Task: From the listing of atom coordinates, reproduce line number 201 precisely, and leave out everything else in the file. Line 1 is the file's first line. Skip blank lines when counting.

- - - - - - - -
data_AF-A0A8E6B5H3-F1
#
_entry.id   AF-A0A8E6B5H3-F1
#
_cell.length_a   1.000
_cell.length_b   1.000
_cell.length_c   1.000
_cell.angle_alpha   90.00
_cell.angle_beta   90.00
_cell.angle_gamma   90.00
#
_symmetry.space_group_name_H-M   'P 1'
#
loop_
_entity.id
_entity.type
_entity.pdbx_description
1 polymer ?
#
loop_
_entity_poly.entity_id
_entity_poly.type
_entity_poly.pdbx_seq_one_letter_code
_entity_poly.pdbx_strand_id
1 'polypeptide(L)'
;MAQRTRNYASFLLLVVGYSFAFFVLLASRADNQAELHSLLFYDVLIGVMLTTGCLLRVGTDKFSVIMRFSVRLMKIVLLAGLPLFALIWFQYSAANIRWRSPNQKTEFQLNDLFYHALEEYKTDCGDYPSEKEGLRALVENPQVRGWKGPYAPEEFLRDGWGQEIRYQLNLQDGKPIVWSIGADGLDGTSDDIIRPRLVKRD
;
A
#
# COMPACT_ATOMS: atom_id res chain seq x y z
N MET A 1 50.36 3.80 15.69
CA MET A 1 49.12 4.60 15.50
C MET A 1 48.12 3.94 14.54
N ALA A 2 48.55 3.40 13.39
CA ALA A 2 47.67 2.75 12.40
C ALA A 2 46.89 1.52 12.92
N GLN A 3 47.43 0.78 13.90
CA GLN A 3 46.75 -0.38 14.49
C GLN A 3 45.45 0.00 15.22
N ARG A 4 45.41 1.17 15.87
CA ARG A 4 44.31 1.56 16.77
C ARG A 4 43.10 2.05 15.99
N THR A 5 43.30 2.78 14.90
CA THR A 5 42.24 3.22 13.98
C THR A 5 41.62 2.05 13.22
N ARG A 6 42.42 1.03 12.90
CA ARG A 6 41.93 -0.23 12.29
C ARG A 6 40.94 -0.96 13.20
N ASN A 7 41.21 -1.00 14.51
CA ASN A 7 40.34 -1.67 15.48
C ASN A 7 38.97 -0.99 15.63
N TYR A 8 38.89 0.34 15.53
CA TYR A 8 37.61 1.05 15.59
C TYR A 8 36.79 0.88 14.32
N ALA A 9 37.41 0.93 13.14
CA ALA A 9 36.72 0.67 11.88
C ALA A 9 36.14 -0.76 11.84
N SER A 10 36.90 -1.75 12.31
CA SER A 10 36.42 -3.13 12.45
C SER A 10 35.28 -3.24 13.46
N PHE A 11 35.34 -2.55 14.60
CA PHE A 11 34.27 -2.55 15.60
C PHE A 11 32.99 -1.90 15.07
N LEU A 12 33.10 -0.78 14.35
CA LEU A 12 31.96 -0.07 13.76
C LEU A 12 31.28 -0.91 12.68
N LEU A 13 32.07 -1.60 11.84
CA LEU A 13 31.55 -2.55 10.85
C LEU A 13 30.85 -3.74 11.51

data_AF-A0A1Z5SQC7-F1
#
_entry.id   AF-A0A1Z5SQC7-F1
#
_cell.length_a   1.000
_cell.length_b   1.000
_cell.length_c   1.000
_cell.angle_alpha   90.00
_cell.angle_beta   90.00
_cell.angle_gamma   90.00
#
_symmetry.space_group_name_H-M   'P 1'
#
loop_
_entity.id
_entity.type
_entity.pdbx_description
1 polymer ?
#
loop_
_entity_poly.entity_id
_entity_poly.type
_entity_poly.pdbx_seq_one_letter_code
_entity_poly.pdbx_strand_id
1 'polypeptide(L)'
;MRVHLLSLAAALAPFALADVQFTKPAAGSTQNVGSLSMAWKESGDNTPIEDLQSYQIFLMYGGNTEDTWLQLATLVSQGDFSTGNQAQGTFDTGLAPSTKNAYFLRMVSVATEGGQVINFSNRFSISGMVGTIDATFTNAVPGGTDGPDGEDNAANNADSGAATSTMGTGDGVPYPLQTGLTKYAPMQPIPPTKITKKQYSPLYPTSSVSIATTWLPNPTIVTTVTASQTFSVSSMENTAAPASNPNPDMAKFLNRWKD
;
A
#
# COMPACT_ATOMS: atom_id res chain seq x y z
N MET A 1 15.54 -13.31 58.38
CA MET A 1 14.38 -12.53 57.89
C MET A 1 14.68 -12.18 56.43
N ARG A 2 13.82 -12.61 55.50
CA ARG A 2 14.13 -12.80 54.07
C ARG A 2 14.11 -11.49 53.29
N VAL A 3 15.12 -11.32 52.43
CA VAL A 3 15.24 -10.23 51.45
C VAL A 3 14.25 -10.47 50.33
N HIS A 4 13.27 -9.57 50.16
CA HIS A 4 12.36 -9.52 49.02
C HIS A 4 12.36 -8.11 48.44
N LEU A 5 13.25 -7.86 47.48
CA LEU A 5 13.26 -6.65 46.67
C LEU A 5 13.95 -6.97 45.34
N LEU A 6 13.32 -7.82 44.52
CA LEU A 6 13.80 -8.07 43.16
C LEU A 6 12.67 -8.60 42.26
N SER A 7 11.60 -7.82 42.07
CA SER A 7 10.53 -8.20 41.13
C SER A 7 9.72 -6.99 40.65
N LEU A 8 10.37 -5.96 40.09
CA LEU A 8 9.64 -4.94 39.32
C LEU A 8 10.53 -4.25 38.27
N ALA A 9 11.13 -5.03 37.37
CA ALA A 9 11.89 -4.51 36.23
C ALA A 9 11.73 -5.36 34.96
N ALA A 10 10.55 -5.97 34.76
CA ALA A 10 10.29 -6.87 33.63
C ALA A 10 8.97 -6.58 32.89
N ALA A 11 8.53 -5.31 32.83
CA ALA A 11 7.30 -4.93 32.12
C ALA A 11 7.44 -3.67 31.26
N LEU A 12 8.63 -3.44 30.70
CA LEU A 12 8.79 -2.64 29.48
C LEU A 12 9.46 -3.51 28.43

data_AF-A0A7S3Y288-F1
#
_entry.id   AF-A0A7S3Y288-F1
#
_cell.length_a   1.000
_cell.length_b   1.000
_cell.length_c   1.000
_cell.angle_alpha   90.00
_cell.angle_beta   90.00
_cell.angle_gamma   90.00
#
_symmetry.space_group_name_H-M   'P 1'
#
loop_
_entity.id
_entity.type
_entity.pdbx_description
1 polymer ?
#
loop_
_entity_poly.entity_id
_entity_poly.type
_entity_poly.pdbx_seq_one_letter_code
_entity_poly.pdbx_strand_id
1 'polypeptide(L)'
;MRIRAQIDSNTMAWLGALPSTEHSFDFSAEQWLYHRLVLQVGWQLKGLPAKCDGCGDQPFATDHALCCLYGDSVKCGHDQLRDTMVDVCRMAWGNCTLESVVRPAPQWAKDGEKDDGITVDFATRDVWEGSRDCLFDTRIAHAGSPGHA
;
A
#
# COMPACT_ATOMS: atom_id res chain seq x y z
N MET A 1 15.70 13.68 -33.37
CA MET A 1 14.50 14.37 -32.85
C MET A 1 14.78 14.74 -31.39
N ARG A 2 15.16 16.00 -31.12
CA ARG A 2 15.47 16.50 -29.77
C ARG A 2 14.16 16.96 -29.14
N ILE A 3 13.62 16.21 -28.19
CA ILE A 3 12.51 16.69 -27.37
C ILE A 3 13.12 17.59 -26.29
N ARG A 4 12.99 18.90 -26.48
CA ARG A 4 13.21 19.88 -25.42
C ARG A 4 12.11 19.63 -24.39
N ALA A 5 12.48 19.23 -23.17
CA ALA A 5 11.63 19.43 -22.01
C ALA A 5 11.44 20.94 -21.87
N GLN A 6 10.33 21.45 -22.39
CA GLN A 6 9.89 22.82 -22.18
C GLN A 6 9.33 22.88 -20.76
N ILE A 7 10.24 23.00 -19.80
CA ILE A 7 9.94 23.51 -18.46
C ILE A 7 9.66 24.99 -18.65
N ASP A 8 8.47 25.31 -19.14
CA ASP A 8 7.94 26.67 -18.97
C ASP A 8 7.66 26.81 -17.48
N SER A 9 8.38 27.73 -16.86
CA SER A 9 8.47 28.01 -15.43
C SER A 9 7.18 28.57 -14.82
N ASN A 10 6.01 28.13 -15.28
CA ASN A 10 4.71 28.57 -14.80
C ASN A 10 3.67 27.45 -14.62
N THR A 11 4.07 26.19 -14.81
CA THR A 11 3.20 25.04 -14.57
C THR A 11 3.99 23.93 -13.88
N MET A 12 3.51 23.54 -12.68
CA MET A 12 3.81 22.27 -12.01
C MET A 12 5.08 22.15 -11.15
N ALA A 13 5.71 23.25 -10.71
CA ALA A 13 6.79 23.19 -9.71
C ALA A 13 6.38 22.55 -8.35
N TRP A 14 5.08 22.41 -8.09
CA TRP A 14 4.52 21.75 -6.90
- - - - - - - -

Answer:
C MET A 12 5.08 22.15 -11.15